Managing Household Ants - August 12, 2015
Jeff Schalau, Agent, Agriculture & Natural Resources
University of Arizona Cooperative Extension, Yavapai County

In our gardens, ants are often found tending aphids, scales, whiteflies, and mealybugs while harvesting their honeydew (the sweet, sticky substance they secrete). Some species, including carpenter ants, destroy wood and/or collect plant litter. Others invade our homes and live off our food and crumbs. There are over 12,000 species of ants throughout the world. To narrow the field, this column will focus on household ants: in particular, the odorous house ant (Tapinoma sessile).

Ants, like their relatives, bees and wasps, are social insects that go through stages of complete metamorphosis: egg, larva, pupa, adult. Larvae are immobile and wormlike and do not resemble adults. Ants, like many other hymenopterans, are social insects with duties divided among different types, or castes, of adult individuals. Queen ants are the largest in the colony and lay the eggs and sometimes feed and groom the larvae. Sterile female workers gather food, tend the larvae, build tunnels, defend the colony, and are the most numerous within the colony. Male ants do not participate in colony activities and their only apparent purpose is to mate with the queens. The males are fed and tended to by the female workers.

A single, newly mated queen typically establishes the colony. She lays eggs, feeding the hatched larvae her own metabolized wing muscles and fat bodies until they pupate. Several weeks later, the pupae transform into sterile female adult workers, and the first workers dig their way out of the nest to collect food for themselves, for the queen (who continues to lay eggs), and for subsequent broods of larvae. As numbers increase, new chambers and galleries are added to the nest. After a few years, the colony begins to produce winged male and female ants, which leave the nest to mate and form new colonies.

Odorous house ants are 1/8" to 1/4" inch long, blackish, brown in color, and often invade a home by the thousands following a change in the weather. They also have a distinct smell when crushed that some people say is similar to rotten coconut. Odorous house ants often have their nest outside of your house near a shrub or mulched area and enter through a crack in the wall, window, or foundation. Indoors, nests can be found in wall voids, around hot-water pipes and heaters, behind paneling, carpets or beneath the floor. They typically feed on sweets, vegetables, meats, and dead insects.

Scout ants (female workers) wander in search of food. Once food is located, she takes a short, direct route home. While returning, she also leaves an odor trail. Upon reaching the nest, she alerts her nest mates of the food source and they all follow the odor trail directly to the food source. This phenomenon is called trailing. Trailing ants can be closely observed and this behavior can be exploited in their control.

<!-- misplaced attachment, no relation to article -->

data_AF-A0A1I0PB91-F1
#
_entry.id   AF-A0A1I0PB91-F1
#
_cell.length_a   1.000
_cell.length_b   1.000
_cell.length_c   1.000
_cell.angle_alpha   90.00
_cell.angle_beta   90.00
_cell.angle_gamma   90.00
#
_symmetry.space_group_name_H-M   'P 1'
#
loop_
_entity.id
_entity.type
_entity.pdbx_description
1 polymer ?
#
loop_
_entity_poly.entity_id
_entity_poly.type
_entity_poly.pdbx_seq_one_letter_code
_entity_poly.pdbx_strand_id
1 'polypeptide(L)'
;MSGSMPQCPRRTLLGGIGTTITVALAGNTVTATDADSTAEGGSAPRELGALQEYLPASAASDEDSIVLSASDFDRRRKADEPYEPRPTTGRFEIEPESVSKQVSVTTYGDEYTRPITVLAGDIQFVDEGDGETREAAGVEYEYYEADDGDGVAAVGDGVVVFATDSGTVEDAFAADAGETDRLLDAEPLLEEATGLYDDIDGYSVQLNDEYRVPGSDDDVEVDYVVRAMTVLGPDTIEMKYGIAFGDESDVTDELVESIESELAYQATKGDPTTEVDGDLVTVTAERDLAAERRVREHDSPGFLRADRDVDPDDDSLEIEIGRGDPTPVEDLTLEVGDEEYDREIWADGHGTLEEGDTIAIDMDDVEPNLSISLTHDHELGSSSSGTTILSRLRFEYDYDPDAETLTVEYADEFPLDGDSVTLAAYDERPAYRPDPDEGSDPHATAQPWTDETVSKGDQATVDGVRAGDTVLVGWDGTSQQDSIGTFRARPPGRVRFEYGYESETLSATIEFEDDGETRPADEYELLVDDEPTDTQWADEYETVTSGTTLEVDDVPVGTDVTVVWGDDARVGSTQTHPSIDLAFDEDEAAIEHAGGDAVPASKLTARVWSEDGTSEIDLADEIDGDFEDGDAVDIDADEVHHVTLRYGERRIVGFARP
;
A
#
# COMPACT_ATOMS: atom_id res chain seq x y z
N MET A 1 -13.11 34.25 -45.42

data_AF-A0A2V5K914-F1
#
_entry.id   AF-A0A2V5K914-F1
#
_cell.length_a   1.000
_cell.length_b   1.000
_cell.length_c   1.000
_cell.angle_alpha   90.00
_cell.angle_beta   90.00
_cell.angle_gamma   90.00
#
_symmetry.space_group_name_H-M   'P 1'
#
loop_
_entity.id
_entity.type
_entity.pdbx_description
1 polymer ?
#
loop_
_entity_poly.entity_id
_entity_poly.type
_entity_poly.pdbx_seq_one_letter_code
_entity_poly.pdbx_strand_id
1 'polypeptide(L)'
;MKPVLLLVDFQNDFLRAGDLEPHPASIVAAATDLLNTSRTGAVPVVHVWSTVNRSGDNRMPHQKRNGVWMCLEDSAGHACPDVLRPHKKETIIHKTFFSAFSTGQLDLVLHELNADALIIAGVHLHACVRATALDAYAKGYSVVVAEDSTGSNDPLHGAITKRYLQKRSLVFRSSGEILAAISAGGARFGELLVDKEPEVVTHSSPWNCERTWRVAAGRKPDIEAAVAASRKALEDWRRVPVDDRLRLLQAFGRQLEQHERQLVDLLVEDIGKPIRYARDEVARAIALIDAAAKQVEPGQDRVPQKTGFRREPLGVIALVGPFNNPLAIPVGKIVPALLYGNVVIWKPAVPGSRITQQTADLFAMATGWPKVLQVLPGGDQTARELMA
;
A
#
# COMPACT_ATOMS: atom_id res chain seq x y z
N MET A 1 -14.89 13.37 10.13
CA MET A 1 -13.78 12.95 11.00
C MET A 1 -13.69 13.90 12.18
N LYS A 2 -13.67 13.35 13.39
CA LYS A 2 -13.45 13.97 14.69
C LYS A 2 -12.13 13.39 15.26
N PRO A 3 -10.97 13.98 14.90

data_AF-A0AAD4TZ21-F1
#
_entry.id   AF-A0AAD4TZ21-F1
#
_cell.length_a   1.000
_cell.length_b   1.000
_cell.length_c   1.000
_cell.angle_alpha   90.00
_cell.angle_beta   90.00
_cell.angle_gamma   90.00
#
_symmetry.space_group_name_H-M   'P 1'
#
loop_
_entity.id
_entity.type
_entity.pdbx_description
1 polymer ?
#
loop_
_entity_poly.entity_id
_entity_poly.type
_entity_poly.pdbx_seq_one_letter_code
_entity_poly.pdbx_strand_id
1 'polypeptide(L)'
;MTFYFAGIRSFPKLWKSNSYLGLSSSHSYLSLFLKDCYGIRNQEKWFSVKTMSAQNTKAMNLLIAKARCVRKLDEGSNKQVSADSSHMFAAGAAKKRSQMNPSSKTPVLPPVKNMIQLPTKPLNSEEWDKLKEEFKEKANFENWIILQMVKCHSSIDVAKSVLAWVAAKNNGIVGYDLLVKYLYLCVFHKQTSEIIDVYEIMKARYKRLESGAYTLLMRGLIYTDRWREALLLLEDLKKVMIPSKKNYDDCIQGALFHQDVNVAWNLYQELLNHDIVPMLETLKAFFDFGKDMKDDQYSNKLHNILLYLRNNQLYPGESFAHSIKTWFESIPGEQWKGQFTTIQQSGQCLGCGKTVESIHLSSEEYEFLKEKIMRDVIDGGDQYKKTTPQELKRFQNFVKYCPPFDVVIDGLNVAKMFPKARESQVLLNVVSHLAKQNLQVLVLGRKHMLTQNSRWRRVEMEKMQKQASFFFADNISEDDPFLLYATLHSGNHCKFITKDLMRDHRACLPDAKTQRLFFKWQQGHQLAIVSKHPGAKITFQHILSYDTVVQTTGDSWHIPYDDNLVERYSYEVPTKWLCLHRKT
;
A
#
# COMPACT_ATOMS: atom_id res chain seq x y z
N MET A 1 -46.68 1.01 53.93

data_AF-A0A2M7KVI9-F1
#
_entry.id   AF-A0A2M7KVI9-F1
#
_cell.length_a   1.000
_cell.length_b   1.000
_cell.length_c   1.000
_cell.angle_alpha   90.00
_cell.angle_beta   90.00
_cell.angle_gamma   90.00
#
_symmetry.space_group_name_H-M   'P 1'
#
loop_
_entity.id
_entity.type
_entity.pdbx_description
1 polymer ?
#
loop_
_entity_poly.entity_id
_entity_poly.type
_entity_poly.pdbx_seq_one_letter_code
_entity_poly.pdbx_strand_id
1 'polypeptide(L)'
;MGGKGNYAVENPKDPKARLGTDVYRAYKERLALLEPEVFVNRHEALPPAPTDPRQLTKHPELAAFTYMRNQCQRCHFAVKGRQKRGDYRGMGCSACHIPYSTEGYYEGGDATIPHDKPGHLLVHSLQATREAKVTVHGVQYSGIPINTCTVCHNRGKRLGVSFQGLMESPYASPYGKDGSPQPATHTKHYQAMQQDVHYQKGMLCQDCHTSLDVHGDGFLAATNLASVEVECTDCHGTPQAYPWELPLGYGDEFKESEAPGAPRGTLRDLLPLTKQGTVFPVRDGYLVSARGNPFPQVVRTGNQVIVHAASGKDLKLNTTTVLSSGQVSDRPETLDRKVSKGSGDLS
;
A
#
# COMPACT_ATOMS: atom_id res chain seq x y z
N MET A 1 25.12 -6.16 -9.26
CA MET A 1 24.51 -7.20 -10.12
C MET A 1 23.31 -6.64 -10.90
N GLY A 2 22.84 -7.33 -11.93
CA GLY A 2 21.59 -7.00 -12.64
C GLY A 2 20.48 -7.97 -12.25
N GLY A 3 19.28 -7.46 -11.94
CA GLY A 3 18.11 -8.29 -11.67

The foremost management strategy should be sanitation. Remove potential food sources by promptly wiping up spills and storing foods in sealed containers. Exclusion is your second line of defense. Follow the trail location and seal the cracks, caulk the seams, and use other materials to limit their entry. This is easier said than done due to the small size of this pest and their large numbers. Next, scrub trails with detergent to remove the scent (pheromone) trail.

Preventative measures are not always 100% effective and insecticide treatment may be necessary. Toxic baits are preferred because the ants transport the insecticide to the nest. The toxins in the baits range from environmentally friendly boric acid to synthetic insecticides. The bait itself can be tricky too. Ants have varied diets that may or may not include sugars, fats, and proteins depending on the state of the brood and other colony needs. To bait successfully, the toxin must be transported back to the colony and ingested by the queen as well as the others. If toxic baits are used, do not use insecticide sprays. This will not allow effective transport of the toxin back to the colony. Follow label directions on any products you decide to use. Additional ant management information is included below.

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Additional Resources

Ants in the Home
Colorado State University Extension

Ant Managemnt Guidelines
University of California Agriculture and Natural Resources

Identifying Household Ants
Texas A & M Agrilife Extension

What to do if you have an ant emergency, University of California Agriculture and Natural Resources.

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Arizona Cooperative Extension
Yavapai County
840 Rodeo Dr. #C
Prescott, AZ 86305
(928) 445-6590
Last Updated: August 3, 2015
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